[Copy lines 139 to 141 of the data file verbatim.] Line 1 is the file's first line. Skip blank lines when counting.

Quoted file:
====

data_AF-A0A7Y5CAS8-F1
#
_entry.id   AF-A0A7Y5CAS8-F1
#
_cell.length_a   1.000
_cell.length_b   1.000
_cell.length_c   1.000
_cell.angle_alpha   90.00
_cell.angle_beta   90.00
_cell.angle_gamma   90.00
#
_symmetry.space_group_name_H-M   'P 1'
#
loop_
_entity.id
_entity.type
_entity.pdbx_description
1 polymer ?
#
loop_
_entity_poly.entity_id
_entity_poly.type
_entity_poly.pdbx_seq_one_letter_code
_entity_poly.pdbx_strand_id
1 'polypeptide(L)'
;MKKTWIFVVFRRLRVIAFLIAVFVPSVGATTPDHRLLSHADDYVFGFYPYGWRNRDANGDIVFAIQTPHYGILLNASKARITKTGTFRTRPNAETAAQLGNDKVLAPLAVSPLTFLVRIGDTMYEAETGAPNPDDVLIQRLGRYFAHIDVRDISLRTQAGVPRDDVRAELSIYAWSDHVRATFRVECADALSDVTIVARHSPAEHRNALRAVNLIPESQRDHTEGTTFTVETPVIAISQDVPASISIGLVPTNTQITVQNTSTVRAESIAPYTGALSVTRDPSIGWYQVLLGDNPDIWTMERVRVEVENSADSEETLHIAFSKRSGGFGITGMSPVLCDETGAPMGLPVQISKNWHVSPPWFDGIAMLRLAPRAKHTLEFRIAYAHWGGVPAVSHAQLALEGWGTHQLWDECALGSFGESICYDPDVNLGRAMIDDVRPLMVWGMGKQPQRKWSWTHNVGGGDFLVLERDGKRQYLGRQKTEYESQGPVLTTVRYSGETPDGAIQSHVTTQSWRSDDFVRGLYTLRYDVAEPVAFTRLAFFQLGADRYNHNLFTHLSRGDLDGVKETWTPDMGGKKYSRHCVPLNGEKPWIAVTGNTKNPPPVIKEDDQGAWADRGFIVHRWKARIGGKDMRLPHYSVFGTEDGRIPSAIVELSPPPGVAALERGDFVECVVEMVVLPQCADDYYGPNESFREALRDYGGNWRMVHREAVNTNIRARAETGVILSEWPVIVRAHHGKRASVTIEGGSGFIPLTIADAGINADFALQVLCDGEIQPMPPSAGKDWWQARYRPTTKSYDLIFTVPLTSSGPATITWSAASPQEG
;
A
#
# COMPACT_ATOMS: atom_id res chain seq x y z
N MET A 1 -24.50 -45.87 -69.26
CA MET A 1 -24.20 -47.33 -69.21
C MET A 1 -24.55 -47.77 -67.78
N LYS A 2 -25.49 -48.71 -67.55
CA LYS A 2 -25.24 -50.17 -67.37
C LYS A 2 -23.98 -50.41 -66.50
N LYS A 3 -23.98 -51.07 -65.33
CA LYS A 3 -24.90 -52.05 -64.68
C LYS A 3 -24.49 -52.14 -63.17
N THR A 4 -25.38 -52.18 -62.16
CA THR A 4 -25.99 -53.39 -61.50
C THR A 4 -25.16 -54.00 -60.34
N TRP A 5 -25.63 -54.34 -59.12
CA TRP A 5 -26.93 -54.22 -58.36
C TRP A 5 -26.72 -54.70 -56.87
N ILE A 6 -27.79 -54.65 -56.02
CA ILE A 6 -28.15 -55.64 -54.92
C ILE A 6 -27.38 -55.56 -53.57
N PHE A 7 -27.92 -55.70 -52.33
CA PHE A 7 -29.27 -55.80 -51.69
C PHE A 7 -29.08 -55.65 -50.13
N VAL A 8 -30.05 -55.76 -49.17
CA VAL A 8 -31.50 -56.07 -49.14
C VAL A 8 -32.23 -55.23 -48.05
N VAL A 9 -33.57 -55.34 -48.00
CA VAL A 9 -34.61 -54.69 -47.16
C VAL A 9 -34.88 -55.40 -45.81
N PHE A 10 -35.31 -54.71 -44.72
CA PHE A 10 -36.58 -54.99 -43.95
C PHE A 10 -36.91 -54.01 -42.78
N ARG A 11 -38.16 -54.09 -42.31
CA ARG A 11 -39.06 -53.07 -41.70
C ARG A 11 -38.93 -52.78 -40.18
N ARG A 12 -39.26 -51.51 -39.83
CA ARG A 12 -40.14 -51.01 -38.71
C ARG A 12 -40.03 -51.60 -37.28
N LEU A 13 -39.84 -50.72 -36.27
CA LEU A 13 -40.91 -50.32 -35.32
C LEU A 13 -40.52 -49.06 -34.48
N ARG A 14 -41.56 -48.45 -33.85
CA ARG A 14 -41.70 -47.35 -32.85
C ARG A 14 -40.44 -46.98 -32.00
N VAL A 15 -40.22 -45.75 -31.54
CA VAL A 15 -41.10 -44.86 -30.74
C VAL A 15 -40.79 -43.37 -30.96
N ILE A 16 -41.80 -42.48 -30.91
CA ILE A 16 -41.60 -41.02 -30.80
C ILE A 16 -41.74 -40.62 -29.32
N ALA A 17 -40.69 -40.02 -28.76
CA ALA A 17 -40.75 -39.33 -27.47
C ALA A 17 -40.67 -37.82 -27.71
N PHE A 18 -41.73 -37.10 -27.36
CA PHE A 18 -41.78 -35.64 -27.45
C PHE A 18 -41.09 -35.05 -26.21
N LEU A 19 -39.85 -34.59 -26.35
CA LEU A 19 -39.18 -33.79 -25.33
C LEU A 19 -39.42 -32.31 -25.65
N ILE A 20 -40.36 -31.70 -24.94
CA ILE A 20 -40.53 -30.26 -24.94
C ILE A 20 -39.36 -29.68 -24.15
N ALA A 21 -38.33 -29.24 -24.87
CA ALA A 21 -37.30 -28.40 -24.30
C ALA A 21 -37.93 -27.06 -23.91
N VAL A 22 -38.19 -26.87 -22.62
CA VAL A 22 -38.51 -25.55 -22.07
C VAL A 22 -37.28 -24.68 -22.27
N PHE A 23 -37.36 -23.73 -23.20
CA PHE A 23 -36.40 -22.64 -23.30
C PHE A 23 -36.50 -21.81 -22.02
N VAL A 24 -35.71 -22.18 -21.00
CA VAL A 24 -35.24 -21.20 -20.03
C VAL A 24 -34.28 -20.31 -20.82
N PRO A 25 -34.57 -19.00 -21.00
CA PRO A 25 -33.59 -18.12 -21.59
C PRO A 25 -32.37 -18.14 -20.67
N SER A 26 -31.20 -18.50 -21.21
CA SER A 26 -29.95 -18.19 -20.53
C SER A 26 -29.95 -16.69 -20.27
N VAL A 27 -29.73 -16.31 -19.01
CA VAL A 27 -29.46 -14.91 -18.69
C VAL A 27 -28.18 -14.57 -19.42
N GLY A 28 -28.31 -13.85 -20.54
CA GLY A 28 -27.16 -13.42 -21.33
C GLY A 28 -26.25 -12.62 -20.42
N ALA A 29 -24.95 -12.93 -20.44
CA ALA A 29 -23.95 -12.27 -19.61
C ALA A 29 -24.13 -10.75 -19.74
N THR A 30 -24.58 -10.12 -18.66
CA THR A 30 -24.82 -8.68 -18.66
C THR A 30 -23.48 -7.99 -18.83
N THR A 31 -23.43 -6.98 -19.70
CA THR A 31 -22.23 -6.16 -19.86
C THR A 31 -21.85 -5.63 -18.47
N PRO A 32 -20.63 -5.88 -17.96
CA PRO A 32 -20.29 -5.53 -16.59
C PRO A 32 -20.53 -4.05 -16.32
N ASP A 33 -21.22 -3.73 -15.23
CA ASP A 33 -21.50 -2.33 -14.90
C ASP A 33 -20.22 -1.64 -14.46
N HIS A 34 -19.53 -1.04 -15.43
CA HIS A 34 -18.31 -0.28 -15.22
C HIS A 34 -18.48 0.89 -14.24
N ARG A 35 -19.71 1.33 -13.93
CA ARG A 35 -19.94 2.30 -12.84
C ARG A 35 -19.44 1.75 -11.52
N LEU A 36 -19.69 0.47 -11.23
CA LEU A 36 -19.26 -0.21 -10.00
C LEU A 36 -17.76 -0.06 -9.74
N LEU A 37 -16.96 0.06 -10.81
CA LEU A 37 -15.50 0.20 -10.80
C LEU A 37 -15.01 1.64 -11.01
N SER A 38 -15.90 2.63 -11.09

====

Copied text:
N LEU A 37 -16.96 0.06 -10.81
CA LEU A 37 -15.50 0.20 -10.80
C LEU A 37 -15.01 1.64 -11.01